128.It should be noted that, in some states, such as Santa Catarina and Rio Grande do Sul, where forensics is separate from the Civil Police, Central Forensics Bodies have been established and there is a forensic expert career. In the state of Paraná, there is a forensics expert career under the Scientific Police.

129.Also worth mentioning is the initiative of the Secretariat for Human Rights of the Presidency of the Republic of Brazil in establishing, in 2003, a Work Group on “Torture and Forensics Expertise,” which drafted the Brazilian Protocol on Forensics Expertise in the Crime of Torture that provides guidelines to be followed by forensics bodies, experts, and professionals. The Brazilian Protocol is consistent with the Istanbul Protocol as regards procedures for identification and production of forensic evidence in cases of crime of torture. The document is also guided by the principles and recommendations of the United Nations Optional Protocol to the United Nations Convention against Torture and other Cruel, Inhuman or Degrading Treatment or Punishment, as well as SPT’s orientation.

130.To contribute to the incorporation of the Istanbul Protocol procedures into the practices adopted by official Brazilian forensics experts, between 2006 and 2011, the Brazilian Government held training workshops on “Forensic Expertise focused on crimes of torture” in eleven Brazilian cities. About 800 people were trained, including Judges, Prosecutors, Federal State Attorneys, Chiefs of Police, Public Defenders, Official Medical Examiners, Criminal Experts, Committees on Combating Torture, and representatives of entities devoted to Human Rights.

H.Measures to improve the social-educative system

131.To reduce disparities among the states and promote the transition from a prison culture to a social-educative culture regarding adolescents, the Brazilian Government is implementing a programme in support of the states and municipalities toward implementation of SINASE. This has yielded the following results: (a) improvement of the physical network, 82 building projects in the states and the Federal District, resulting in a total of 5,570 vacancies/adolescents; (b) training of 13,765 professionals active in the social-educative system; (c) studies and surveys, including on such themes as “homicide by adolescents serving social-educative deprivation of liberty sentences,” “profile of religious assistance in the Brazilian social-educative system,” “media coverage of issues related to adolescents in conflict with the law;” (d) information made available through the System of Information on Children and Adolescents-SIPIA SINASE Web (module for permitting the synchronizing of information management procedures between the Federal Government and social-educative units; (e) support to innovative, culture transforming experiences, such as the Socioeducando Award; (f) support for restorative practices developed in São Paulo and Rio Grande do Sul; and (g) support for technical defense and judicial and social protection of adolescents in conflict with the law. There is also under way a regionalization process that includes the establishment of specialized structures, such as juvenile courts and prosecutors and defenders offices.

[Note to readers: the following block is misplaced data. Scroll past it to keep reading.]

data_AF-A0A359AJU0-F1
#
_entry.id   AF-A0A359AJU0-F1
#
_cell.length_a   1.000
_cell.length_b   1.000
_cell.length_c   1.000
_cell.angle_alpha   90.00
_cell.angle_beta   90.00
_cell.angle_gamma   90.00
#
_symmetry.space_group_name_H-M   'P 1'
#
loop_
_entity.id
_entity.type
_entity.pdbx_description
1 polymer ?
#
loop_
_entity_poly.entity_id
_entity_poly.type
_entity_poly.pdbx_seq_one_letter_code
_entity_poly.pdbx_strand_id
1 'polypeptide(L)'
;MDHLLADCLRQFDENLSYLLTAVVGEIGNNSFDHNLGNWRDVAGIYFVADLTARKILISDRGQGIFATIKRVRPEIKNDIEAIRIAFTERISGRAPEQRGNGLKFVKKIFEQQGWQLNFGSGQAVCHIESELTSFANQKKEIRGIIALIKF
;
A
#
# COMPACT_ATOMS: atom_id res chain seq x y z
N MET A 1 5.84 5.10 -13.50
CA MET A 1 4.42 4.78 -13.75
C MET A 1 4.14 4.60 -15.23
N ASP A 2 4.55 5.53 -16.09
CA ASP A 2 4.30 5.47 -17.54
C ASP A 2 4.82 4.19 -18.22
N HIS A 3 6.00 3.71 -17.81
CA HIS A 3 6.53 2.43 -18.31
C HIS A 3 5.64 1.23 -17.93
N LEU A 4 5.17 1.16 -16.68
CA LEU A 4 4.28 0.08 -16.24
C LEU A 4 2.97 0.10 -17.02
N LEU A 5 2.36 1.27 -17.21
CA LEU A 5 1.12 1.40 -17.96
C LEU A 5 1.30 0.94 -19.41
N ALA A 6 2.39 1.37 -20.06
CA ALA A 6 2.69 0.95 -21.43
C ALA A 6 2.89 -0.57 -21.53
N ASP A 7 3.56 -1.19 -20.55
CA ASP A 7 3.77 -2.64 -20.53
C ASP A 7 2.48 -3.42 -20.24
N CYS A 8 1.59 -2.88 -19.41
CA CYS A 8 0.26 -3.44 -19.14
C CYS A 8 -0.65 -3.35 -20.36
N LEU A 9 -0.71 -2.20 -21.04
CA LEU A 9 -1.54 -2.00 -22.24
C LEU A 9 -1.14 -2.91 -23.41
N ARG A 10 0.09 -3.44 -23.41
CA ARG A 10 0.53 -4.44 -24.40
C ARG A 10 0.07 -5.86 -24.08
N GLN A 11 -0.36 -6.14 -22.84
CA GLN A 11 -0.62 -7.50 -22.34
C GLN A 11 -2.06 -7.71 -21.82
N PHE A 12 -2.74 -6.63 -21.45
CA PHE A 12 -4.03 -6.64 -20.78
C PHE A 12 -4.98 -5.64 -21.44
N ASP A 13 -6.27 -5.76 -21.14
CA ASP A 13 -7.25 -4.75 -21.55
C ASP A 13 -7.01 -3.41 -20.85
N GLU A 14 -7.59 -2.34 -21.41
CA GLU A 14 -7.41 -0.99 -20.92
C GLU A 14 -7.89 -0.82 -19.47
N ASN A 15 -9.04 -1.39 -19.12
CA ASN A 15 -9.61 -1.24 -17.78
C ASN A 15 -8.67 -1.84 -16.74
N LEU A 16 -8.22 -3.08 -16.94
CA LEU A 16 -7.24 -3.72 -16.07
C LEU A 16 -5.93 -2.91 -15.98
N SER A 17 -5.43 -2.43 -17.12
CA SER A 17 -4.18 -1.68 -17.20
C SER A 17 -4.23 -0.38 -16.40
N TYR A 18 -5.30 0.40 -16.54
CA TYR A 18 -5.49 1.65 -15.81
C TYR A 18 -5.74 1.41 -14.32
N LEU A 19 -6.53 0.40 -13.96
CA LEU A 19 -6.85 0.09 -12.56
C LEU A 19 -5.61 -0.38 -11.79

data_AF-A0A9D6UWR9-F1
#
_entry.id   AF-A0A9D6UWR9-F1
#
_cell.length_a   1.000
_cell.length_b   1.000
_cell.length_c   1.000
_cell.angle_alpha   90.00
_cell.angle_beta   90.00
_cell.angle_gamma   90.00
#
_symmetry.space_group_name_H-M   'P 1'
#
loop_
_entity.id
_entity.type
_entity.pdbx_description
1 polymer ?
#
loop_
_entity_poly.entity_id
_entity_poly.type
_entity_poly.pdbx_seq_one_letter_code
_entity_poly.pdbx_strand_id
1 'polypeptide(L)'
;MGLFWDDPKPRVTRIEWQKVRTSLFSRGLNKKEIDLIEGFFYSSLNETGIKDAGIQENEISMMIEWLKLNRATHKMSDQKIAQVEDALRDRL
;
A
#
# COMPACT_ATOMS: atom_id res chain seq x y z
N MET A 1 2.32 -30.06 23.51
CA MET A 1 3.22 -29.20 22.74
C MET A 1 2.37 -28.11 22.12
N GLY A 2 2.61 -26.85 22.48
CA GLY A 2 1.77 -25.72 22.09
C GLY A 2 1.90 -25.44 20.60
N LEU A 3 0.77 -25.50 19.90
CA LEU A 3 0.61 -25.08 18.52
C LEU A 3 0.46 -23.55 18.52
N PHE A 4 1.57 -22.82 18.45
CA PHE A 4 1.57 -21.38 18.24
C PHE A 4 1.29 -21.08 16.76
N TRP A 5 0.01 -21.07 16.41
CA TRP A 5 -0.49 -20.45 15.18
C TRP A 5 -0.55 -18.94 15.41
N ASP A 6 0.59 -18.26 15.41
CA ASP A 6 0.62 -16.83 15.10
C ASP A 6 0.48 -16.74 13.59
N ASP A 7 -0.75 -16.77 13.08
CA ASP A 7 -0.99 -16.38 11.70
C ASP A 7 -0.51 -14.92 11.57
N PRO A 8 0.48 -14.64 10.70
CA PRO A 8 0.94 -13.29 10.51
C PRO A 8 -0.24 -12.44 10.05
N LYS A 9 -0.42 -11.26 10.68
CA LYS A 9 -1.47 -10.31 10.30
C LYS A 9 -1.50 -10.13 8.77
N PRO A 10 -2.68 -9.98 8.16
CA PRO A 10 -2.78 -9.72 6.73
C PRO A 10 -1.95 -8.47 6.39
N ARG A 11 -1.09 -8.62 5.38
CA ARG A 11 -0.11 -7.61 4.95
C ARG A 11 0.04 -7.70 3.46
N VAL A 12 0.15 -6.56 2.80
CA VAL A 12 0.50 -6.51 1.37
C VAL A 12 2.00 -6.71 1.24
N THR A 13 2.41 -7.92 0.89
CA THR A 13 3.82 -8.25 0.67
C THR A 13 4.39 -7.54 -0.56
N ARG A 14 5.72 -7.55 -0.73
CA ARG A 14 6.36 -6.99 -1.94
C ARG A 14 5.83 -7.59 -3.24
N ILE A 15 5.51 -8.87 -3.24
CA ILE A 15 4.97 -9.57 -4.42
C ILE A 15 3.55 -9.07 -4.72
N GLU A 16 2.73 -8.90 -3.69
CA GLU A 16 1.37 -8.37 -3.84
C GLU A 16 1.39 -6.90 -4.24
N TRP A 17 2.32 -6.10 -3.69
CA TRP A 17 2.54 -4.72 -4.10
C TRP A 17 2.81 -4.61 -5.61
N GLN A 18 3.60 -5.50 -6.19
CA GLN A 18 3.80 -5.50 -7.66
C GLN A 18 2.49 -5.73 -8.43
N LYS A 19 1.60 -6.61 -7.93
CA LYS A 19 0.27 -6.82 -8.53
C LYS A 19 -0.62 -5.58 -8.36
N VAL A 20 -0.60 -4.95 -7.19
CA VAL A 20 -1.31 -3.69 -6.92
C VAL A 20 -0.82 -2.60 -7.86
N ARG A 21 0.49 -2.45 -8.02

Programme for the Implementation of the National Social-Educative System

2007-2010 Budgets